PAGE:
This is a first report from this third-generation private family-run and remarkably progressive Chinese textile manufacturer. The Company operates with around 1,600 employees in Hong Kong and mainland China. A nice touch at the start is an explanation for reporting: to help stakeholders understand the Central Textile impacts and management to "monitor the group’s environmental and social performance in a systematic manner, to see where we are, where we want to go and to set targets." The use of reporting as a management tool and performance driver is often understated, and it is good to see Central Textiles declare that up front. The report opens with a review from the Head of Sustainable Development, a Director of the Company, but there is a noticeable absence of direct address from the Chairman of the Board or CEO of the business. The governance structure is described only partially leaving us guessing as to the real level of control and involvement of the family and/or Board of Directors.
There are so many sustainability issues with the textile and apparel industry, especially in Asia, ranging from repeated supply chain exploitation and human rights violations to the extreme negative impacts of fabrics production, dyeing and processing. Central Textile's report is a refreshing, enlightening and highly inspiring report which addresses these issues and shows real progress. For example: replacement of 130,000 cylindrical cones used in yarn processing with re-usable cones with a 7.5 month payback on investment saving 180,000 lbs of paper waste annually; recycling of cotton yarn "table waste clippings" which would otherwise go to landfill and using 30% of such recycled fabrics in denim production; providing all employees with recycled "lunch bags" instead of the plastic bags they used to bring to the factories; new technology to reduce 99% of indigo dyestuff in wastewater, and re-use of the dye; and more.
Central Textiles is the first company in Asia to receive the Global Recycle Standard and is GOTS certified for organic natural fiber processing.
Whilst environmental impacts are dealt with in great detail, the workplace impact reporting offers room for greater clarity – especially with regard to employee training and development, gender equality (no data of numbers of women in the workforce or in management positions), greater insights into the actual dialogue processes with employees, and employee safety awareness and programs. There is no discussion of community impacts – a significant omission which is also conspicuously absent from the sustainability pillars of the Company. What are the local impacts of the Group's operations on local communities? Does the company contribute in any way to community development or empowerment beyond applying fair employment practices? Is there any form of community investment? These questions remain unanswered in this first report, though 2009 goals include participation in community projects.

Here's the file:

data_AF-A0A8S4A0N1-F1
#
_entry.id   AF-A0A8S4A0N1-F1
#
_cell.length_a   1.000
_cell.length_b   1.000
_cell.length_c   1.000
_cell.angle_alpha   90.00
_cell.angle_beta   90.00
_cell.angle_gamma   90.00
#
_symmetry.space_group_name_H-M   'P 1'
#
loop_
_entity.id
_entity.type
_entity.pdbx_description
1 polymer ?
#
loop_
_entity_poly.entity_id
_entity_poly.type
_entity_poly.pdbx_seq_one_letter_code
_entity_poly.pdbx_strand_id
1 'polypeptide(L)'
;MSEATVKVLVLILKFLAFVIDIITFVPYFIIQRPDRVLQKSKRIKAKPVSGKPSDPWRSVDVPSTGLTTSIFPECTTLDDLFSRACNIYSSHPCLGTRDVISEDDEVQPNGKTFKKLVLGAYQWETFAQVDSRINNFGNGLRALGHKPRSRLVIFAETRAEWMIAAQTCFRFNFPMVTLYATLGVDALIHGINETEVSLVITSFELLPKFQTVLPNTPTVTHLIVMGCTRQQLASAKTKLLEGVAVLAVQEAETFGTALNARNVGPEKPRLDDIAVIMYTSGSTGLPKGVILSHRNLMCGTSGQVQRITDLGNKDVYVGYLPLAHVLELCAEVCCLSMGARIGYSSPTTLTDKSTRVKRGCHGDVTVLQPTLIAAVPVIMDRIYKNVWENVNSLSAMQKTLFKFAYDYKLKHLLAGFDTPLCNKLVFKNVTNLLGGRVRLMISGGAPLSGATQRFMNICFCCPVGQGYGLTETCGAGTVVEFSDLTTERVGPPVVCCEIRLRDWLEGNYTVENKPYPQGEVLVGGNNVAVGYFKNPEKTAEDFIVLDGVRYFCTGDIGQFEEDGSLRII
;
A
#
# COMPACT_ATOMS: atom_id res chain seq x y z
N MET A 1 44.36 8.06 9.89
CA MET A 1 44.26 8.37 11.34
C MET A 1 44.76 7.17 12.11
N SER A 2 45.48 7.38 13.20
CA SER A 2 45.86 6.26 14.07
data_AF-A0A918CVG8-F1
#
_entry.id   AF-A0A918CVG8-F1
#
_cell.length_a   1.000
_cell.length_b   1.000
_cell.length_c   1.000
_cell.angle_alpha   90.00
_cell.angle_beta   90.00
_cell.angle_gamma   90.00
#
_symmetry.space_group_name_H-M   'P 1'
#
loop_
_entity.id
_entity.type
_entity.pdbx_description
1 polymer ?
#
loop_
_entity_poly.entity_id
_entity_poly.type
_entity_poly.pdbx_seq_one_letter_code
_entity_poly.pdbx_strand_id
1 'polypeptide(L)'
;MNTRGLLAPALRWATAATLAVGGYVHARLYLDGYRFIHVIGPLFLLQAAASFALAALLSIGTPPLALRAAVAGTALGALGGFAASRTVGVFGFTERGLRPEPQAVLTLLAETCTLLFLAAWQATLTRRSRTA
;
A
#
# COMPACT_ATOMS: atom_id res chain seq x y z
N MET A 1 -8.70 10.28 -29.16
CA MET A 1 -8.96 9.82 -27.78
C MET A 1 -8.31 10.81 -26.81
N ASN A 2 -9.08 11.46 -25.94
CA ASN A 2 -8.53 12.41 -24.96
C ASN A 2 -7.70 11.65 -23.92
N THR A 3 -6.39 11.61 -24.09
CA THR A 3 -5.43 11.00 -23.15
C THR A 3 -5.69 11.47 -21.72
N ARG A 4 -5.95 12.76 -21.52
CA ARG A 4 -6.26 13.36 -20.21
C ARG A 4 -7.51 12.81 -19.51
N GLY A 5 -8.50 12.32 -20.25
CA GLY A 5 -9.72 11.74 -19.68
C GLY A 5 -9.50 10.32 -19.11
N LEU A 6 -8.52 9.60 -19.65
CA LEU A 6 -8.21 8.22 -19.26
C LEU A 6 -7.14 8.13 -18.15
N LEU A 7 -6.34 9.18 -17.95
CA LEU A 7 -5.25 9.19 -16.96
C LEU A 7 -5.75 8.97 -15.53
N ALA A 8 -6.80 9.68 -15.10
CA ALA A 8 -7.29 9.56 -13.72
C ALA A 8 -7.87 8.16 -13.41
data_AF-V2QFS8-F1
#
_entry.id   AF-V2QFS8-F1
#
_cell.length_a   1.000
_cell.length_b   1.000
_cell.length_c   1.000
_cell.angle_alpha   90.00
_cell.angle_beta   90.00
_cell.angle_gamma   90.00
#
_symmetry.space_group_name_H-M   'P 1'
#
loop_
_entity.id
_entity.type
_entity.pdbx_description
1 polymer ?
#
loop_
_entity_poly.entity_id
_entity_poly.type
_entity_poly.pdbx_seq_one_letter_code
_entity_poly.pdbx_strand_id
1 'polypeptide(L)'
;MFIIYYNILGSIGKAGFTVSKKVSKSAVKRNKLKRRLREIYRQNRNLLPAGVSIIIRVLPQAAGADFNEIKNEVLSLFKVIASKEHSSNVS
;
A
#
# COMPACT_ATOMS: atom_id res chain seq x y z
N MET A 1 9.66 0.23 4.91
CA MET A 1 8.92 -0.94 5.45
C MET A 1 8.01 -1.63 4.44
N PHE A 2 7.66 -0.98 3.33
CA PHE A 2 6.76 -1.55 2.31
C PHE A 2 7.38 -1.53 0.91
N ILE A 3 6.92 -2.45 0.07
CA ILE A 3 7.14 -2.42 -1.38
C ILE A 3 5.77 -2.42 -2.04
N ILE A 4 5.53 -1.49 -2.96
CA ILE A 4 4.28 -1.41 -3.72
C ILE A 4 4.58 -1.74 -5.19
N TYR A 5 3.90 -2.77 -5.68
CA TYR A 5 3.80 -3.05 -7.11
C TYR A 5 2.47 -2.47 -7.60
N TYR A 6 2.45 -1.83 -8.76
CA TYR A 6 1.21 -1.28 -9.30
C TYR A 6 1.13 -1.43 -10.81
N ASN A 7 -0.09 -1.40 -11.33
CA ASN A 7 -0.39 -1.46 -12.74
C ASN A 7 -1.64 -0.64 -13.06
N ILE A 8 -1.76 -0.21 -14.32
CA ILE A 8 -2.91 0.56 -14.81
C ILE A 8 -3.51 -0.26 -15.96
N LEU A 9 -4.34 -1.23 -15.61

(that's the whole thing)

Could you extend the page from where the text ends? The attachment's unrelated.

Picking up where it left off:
Finally, the absence of a materiality analysis can be forgiven in this first report. Beyond what has been reported or mentioned above, additional material indirect impacts might include after-care of fabrics (by now, we are all aware that the use and care of garments often produce a larger carbon footprint than their manufacture), traceability of fabrics and relationships with designers and clients to optimize efficiencies and reduce negative impacts etc.
What strikes me about this report is its modest simplicity, design and plain language which pack in a wealth of information about Central Textiles and its business. A GRI ‘B’ application level self-declared report, there is a clear GRI index and coverage of more than the minimum number of indicators. The report includes some stakeholder quotations, showing the depth of Central Textiles relationships and dialogue.
This is an outstanding and credible first report. Core issues of environmental impacts reported are clearly the result of several years of building a sustainability approach. The Company Code of Conduct has an operational working-document feel about it, in contrast to the high level values-ridden jargon of most Codes – and covers labor conditions, employee rights, communication process of the code, use of licensed computer programs etc. The Group's seven pillars of sustainability have a genuine ring to them and look achievable. The stakeholder engagement section reports results of customer and employee surveys, including explanation of the fact that over 80% of customers believe fabric prices are too expensive, and disclosure that only 96 employees responded to a satisfaction survey (less than 25% response rate on a limited section of the employee population surveyed), conducted for the first time as part of the reporting process). However, those who responded were positive about the Company, and 69% confirmed they would like to take part in the Company's sustainability efforts. The report promises an annual issue, and there is room for optimism that this dynamic Company will continue to expand its sustainability activities - and deliver.
1. Continue to expand the sustainability program and maintain the pace of annual reporting, as promised in this first report.
2. Develop a set of core metrics to track performance in each of the seven pillars of sustainability in subsequent reports.
3. Expand workplace and community impact reporting.
4. Follow a materiality assessment process and prioritize material issues.
Elaine Cohen is the Joint CEO of BeyondBusiness Ltd, www.b-yond.biz, a leading CSR reporting and consulting firm in Israel, specializing in a wide range of consulting services for the development of social and environmental responsibility of businesses.